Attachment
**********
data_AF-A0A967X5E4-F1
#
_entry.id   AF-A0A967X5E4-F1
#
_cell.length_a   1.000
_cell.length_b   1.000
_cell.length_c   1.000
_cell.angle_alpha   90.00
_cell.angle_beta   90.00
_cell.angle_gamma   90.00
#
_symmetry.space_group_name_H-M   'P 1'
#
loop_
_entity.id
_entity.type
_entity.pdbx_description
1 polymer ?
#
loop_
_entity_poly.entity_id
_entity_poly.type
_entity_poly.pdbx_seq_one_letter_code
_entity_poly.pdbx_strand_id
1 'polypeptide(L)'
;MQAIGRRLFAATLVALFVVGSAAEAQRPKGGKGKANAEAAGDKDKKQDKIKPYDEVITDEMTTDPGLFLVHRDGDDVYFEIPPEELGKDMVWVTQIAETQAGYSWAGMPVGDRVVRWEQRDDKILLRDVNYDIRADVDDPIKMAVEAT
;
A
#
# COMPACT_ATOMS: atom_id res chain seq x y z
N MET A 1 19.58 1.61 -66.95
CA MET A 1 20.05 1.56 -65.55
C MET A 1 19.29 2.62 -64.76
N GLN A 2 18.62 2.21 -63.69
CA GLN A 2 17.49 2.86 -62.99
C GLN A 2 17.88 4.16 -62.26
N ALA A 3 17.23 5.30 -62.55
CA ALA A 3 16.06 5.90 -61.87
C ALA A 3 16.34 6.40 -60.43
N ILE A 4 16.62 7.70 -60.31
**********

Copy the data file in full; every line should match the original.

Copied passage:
data_AF-A0A967X5E4-F1
#
_entry.id   AF-A0A967X5E4-F1
#
_cell.length_a   1.000
_cell.length_b   1.000
_cell.length_c   1.000
_cell.angle_alpha   90.00
_cell.angle_beta   90.00
_cell.angle_gamma   90.00
#
_symmetry.space_group_name_H-M   'P 1'
#
loop_
_entity.id
_entity.type
_entity.pdbx_description
1 polymer ?
#
loop_
_entity_poly.entity_id
_entity_poly.type
_entity_poly.pdbx_seq_one_letter_code
_entity_poly.pdbx_strand_id
1 'polypeptide(L)'
;MQAIGRRLFAATLVALFVVGSAAEAQRPKGGKGKANAEAAGDKDKKQDKIKPYDEVITDEMTTDPGLFLVHRDGDDVYFEIPPEELGKDMVWVTQIAETQAGYSWAGMPVGDRVVRWEQRDDKILLRDVNYDIRADVDDPIKMAVEAT
;
A
#
# COMPACT_ATOMS: atom_id res chain seq x y z
N MET A 1 19.58 1.61 -66.95
CA MET A 1 20.05 1.56 -65.55
C MET A 1 19.29 2.62 -64.76
N GLN A 2 18.62 2.21 -63.69
CA GLN A 2 17.49 2.86 -62.99
C GLN A 2 17.88 4.16 -62.26
N ALA A 3 17.23 5.30 -62.55
CA ALA A 3 16.06 5.90 -61.87
C ALA A 3 16.34 6.40 -60.43
N ILE A 4 16.62 7.70 -60.31